Recovered on behalf of a group of 30 tenants living in an SRO in San Francisco who were living with horrendous conditions in their rent controlled apartments, including rodents, bedbugs, mold, water leaks and harassment.Read More
Recovered on behalf of three families living in a building in San Francisco’s SOMA neighborhood who were forced to live with substandard conditions for years as a result of their landlord’s negligence, including issues with lack of heat, lack of hot water and cockroach/rat infestations.Read More
Recovered on behalf of a couple living in a rent-controlled home in the outer Sunset neighborhood. Our clients were forced to vacate after the landlord served them with an Owner Move-In Eviction Notice. After the landlords failed to move into the property, our clients filed suit for wrongful eviction.Read More
Recovered on behalf of a San Francisco tenant in Russian Hill. Tenant was forced to vacate her illegal apartment in retaliation for reporting unlawful rent increases to the San Francisco Rent Board.Read More
Recovered for a single long-term tenant in San Francisco. Our client was forced to move out of his apartment as a result of extreme landlord harassment.Read More
Recovered on behalf of three long-term tenants in San Francisco’s Castro neighborhood who were constructively evicted due to noise and nuisance conditions created by their downstairs neighbors, which the owner refused to address.Read More
Recovered on behalf of elderly, disabled tenant who was forced to move out of her rent-controlled San Francisco apartment of 50 years after landlord/owner failed to resolve numerous building code violations that remained outstanding for over a decade.Read More
Recovered on behalf of seven tenants living in a makeshift boarding house in East Palo Alto.Read More
Recovered on behalf of two former San Francisco tenants who were evicted via an Owner Move-In Eviction and owner failed to occupy the unit as her primary place of residence.Read More
Recovered on behalf of an elderly long-term tenant who was forced to vacate her long San Francisco apartment as a result of her landlord’s refusal to address longstanding defective conditions, including lack of heat, mold, rodent infestations, and defective plumbing. Read More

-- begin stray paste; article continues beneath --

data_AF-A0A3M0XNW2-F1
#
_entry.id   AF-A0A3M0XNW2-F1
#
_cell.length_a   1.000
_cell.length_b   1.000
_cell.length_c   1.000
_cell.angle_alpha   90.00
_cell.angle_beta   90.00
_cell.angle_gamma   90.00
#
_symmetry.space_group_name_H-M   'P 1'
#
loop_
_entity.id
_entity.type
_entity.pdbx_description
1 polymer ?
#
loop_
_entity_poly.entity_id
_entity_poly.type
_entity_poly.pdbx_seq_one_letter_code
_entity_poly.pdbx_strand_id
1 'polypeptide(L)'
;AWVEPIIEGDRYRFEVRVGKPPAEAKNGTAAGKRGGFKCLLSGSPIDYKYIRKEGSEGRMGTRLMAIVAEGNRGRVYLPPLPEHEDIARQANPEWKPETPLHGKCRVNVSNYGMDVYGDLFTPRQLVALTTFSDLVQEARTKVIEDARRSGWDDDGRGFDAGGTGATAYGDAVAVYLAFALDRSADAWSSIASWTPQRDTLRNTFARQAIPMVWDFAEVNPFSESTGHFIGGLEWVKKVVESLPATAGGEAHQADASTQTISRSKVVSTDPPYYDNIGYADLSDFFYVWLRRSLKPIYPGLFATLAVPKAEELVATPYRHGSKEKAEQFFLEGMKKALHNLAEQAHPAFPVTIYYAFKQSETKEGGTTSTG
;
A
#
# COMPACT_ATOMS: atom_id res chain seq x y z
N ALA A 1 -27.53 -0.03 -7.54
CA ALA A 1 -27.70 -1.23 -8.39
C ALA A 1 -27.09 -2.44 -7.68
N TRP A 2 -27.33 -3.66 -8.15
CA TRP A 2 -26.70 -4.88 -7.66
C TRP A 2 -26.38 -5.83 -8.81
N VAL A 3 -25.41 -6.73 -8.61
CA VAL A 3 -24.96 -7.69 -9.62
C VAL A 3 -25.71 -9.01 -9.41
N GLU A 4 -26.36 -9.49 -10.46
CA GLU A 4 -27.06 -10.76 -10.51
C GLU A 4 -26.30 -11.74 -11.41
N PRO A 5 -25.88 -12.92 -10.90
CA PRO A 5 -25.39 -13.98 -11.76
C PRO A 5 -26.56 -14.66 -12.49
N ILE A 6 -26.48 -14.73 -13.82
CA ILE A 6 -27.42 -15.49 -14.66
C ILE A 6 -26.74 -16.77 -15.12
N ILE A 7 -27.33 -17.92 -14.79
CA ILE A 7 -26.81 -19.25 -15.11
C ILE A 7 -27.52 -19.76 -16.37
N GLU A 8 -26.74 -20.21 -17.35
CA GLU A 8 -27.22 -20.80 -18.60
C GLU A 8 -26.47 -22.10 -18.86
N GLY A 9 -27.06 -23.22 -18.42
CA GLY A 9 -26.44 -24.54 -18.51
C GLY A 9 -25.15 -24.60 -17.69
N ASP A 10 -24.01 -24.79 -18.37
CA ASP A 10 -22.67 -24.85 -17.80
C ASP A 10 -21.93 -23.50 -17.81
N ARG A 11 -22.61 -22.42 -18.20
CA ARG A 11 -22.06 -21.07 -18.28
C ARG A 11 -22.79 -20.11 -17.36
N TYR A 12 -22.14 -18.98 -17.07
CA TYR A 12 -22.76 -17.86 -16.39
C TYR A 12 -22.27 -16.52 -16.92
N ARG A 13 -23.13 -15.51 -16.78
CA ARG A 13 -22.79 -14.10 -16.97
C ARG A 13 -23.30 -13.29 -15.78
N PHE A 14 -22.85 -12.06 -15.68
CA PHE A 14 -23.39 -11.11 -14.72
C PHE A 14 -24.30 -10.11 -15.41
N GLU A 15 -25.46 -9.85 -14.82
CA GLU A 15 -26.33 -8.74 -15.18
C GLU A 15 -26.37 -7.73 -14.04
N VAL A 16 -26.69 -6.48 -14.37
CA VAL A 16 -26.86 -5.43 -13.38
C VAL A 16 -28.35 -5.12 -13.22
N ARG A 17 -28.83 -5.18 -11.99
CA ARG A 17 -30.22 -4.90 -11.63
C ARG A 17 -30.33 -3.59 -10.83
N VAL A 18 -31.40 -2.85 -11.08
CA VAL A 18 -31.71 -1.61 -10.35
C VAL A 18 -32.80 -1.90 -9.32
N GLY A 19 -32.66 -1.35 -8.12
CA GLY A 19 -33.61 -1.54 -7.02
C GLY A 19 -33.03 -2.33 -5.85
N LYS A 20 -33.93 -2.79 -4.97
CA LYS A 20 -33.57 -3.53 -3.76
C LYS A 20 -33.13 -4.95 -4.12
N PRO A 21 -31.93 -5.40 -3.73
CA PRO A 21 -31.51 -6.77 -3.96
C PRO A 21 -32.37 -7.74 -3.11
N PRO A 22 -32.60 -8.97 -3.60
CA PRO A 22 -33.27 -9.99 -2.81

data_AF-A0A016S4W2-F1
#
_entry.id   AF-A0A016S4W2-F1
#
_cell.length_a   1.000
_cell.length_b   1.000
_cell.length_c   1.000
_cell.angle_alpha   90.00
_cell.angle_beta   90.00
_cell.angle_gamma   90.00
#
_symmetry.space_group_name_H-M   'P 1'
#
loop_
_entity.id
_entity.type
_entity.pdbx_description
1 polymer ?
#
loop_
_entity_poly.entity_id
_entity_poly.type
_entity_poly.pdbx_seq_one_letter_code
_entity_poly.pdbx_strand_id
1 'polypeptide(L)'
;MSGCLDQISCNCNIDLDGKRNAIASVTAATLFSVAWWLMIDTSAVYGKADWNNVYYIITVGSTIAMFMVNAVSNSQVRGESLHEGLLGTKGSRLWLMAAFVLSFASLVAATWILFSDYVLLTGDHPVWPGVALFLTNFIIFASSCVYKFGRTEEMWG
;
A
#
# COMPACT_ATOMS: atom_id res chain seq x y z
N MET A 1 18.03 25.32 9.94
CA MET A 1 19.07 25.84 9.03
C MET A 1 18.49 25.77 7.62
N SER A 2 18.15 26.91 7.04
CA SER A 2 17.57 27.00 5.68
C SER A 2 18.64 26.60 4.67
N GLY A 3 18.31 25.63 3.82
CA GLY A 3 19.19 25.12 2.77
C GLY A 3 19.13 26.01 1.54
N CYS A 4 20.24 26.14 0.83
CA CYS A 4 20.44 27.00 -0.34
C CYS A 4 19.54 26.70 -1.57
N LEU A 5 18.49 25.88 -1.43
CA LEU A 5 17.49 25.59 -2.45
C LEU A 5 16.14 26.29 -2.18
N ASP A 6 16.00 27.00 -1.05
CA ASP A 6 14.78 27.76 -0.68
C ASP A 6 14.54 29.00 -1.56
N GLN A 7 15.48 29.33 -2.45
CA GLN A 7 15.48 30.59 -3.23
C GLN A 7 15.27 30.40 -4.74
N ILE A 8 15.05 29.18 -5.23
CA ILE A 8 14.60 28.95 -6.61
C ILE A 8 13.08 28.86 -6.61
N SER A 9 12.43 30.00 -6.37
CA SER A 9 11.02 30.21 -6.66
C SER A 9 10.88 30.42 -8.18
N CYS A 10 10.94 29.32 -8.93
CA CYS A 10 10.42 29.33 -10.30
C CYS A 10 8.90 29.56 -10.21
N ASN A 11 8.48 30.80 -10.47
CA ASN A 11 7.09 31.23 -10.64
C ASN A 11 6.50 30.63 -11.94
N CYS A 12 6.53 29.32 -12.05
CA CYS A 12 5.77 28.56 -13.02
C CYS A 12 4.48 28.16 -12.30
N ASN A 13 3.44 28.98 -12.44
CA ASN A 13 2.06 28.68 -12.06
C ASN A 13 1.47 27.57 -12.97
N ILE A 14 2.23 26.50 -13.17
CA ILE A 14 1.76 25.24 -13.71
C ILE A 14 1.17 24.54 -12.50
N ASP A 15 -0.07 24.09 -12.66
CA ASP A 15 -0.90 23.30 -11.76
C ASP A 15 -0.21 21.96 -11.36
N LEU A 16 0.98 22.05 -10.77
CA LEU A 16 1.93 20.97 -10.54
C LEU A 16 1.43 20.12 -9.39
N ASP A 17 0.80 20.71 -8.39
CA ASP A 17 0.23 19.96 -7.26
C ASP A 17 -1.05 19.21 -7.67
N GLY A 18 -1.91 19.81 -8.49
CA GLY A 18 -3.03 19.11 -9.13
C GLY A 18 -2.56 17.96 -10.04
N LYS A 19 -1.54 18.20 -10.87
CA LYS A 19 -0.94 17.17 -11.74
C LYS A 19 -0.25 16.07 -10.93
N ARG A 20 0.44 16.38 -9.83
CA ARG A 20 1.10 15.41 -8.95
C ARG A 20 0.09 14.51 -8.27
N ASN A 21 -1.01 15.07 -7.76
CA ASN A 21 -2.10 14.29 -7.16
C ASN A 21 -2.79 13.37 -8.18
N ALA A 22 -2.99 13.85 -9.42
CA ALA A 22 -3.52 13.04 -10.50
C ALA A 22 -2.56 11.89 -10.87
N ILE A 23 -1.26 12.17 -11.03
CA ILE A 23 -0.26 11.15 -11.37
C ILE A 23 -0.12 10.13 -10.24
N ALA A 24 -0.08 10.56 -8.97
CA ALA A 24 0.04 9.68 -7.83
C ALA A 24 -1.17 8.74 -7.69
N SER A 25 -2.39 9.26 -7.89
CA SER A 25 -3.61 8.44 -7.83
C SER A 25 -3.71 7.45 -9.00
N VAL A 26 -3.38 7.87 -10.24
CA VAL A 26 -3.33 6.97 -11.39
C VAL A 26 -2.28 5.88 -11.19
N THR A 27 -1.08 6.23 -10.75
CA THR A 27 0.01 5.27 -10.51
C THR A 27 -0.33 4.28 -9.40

Recovered on behalf of a San Francisco tenant who was forced to vacate his home as a result of ongoing, disruptive construction and the owners’ refusal to provide him with alternative housing. Read More
Recovered on behalf of a San Francisco family that was constructively evicted from their home in the Richmond District as a result of unlawful rent increases, defective conditions and tenant harassment.Read More
Recovered on behalf of a tenant living in an illegal “in-law” unit. In this case, a new owner purchased the building and then demolished our client’s unit without permits while she was displaced for seismic retrofitting.Read More
Recovered on behalf of two long term San Francisco tenants who were fraudulently evicted from their home of over twenty years under the pretext of an owner move-in eviction.Read More
Recovered for tenant who was injured when their stairway railing collapsed at the tenant’s Mission District apartment building.Read More
Recovered in action for a group of tenants forced to vacate their San Francisco apartment house due to severe habitability defects including mold and water leaks.Read More
Although rent control applies to many properties in San Francisco, a landlord can impose an unlimited rent increase where a tenant is no longer “in occupancy” by filing a “1.21 Petition” with the San Francisco Rent Board. “1.21” Refers to section 1.21 of the San Francisco Rent Ordinance Rules and Regulations.
To implement a rent increase on these grounds a landlord must file a 1.21 Petition with the San Francisco Rent Board.
years of experience in representing tenants.
In many circumstances, landlords will file a 1.21 Petition without ever confronting the tenant about whether they actually live in the unit.
Landlords often hire private investigators to run a background check on their tenants in an effort to determine if a tenant actually lives in their unit. Depending on what the investigator finds a landlord may file a petition even if the tenant does live there.
To fight this type of petition, a tenant may submit evidence that the unit is, in fact, their principal place of residence, such as voter or DMV registration, utility bills, and declarations from friends or neighbors. After a hearing, a judge will determine the validity of the landlord’s claims.
Potentially yes. The Rent Board looks at a tenant’s ownership of a home very seriously in analyzing whether or not a unit is a tenant’s primary residence. One thing to be very careful about is taking a home owner’s tax exemption. To be eligible for such an exemption, the owner must claim that they live in the home. Since a person can only have one primary residence this creates a contradiction and will hurt a tenant’s chances of prevailing at the Rent Board.
Most of the factors for a principal place of residence listed under 1.21 of the Rent Ordinance have to do with your paper trail – your address on your driver’s license, where you get your mail, where you are registered to vote, and so on. By updating your information to reflect your current address you can reduce the chances that a landlord pursues a 1.21 petition/rent increase and that the Rent Board will find in a landlord’s favor.
Remember that your landlord may be keeping tabs on these things – especially if your rent is low, and be mindful of the home address your paper trail may reflect.
For more information or to discuss your legal situation, call us today at (415) 649-6203 for a phone consultation or submit an inquiry below. Please note our firm can only assist tenants residing in San Francisco, Oakland & Berkeley.